Heat-induced reorganization of the structure of photosystem II membranes: Role of oxygen evolving complex
The sensitivity of the green plants’ photosystem II (PSII) to high temperatures is investigated in PSII enriched membranes and in membranes, from which the oxygen evolving complex is removed. Using steady-state 77 K fluorescence and resonance Raman spectroscopy we analyze the interdependency between the temperature-driven changes in structure and energy distribution in the PSII supercomplex. The results show that the heat treatment induces different reduction of the 77 K fluorescence emission in both types of investigated membranes: (i) an additional considerable decrease of the overall fluorescence emission in Tris-washed membranes as compared to the native membranes; (ii) a transition point at 42 °C, observed only in native membranes; (iii) a sharp reduction of the PSII core fluorescence in Tris-washed membranes at temperatures higher than 50 °C; (iv) a 3 nm red-shift of F700 band’s maximum in Tris-washed membranes already at 20 °C and its further shift by 1 nm at temperature increase. Both treatments intensified their action by increasing the aggregation and dissociation of the peripheral light harvesting complexes. The oxygen-evolving complex, in addition to its main function to produce O2, increases the thermal stability of PSII core by strengthening the connection between the core and the peripheral antenna proteins and by keeping their structural integrity.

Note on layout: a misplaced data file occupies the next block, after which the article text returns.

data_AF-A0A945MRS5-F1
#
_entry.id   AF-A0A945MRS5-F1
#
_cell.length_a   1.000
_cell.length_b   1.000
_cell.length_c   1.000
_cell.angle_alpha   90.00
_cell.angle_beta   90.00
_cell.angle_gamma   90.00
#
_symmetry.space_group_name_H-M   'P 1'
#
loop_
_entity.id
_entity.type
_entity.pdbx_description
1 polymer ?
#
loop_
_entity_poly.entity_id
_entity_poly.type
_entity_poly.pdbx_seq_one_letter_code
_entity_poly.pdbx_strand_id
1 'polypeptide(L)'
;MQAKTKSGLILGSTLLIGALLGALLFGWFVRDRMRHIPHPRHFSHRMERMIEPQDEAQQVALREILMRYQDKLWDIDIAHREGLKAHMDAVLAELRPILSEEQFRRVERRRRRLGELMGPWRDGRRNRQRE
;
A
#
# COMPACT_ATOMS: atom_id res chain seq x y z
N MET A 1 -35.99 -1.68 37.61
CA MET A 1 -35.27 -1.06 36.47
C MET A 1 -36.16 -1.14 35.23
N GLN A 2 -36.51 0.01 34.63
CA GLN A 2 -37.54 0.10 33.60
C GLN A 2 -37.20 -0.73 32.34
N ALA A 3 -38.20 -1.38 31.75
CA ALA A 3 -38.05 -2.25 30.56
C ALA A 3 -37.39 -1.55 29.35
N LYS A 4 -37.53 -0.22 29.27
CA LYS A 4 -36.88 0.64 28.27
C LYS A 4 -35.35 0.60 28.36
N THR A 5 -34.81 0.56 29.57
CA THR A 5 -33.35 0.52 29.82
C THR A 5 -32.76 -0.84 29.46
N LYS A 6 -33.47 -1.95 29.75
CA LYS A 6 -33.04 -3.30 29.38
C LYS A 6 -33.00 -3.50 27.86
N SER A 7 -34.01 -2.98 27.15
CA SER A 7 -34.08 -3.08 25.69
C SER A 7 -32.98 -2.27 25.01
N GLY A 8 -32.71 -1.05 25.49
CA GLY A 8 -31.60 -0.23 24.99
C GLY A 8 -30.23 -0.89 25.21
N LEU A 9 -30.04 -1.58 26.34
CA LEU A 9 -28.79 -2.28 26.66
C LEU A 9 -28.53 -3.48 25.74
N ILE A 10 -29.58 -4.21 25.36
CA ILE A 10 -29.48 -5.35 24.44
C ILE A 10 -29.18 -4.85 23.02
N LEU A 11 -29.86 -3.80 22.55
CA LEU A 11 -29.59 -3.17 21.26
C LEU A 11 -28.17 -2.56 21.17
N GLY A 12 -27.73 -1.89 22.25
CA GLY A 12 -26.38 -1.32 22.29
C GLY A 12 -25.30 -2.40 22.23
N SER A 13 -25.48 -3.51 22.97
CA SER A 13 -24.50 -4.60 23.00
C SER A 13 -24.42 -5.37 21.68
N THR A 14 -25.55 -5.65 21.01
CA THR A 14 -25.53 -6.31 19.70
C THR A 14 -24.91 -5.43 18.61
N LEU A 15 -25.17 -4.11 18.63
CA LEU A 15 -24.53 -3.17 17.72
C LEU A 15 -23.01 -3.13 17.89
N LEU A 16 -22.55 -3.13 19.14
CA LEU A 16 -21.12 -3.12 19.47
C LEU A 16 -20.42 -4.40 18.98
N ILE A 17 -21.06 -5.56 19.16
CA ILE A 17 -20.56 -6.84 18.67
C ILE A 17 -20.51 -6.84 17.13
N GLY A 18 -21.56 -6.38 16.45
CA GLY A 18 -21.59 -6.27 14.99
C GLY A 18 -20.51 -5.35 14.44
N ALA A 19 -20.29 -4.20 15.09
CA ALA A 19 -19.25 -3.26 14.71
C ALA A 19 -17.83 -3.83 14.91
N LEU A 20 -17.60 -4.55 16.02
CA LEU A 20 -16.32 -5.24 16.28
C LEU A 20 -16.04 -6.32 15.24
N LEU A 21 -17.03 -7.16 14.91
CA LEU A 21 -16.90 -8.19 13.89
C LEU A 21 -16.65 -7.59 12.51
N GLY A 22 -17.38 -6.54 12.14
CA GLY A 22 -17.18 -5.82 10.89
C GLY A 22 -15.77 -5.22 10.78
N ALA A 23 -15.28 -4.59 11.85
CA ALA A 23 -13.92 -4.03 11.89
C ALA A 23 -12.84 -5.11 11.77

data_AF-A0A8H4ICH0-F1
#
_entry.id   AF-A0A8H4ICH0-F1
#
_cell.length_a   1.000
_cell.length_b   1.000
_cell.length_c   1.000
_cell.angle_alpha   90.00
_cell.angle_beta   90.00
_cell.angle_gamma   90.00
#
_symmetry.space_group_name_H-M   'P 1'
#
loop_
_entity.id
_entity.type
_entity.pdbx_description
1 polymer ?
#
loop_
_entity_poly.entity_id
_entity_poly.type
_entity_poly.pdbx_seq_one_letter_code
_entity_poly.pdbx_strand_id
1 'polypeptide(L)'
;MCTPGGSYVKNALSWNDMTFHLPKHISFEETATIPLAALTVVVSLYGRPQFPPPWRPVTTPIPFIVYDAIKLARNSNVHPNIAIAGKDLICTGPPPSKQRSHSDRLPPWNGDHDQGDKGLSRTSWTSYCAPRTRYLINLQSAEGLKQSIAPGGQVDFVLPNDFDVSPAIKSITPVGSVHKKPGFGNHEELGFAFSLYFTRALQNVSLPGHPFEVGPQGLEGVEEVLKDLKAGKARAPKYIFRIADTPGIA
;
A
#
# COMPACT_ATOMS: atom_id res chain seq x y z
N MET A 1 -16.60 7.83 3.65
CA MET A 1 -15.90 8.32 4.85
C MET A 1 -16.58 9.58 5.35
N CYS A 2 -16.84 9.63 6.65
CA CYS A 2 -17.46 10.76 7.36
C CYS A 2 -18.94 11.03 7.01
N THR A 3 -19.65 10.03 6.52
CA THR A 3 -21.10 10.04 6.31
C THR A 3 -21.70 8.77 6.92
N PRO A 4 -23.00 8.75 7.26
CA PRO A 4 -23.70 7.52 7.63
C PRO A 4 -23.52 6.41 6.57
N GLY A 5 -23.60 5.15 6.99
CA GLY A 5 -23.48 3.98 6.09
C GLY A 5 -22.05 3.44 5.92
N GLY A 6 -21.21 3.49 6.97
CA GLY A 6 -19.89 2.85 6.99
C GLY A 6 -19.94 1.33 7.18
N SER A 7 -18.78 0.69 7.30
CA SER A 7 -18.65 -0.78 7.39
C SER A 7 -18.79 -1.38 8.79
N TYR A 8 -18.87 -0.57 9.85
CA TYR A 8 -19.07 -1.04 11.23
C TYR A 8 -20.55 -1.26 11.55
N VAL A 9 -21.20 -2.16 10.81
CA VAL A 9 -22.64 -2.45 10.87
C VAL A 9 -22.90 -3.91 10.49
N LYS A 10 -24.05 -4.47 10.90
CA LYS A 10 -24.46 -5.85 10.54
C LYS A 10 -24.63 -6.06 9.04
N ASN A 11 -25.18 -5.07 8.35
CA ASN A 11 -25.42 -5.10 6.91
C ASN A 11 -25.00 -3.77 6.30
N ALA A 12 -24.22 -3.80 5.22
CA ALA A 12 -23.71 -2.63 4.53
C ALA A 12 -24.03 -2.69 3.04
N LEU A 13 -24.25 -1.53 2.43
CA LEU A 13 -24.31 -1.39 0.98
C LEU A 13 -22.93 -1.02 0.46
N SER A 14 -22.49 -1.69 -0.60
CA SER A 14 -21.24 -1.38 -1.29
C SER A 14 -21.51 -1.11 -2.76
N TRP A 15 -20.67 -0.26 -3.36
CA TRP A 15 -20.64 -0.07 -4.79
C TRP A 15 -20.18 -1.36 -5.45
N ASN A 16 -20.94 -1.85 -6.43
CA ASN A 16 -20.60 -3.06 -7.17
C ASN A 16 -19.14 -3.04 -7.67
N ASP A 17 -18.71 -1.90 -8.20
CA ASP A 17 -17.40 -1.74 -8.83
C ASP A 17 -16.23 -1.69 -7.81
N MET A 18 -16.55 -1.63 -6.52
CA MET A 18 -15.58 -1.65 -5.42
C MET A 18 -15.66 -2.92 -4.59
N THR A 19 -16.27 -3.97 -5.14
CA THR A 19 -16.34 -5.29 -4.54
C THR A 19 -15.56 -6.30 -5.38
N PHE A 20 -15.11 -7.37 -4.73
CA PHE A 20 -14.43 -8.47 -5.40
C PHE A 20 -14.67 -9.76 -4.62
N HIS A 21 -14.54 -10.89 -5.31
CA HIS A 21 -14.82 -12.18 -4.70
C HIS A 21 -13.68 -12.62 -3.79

► We examine the role of OEC for the thermal stability of PSII subcomplexes. ► Heat affects by different mechanisms the native and OEC-depleted PSII membranes. ► OEC strengthens the link between the core and the peripheral antenna complexes. ► OEC increases the thermal stability of PSII core.
Journal: Journal of Photochemistry and Photobiology B: Biology - Volume 117, 5 December 2012, Pages 214–221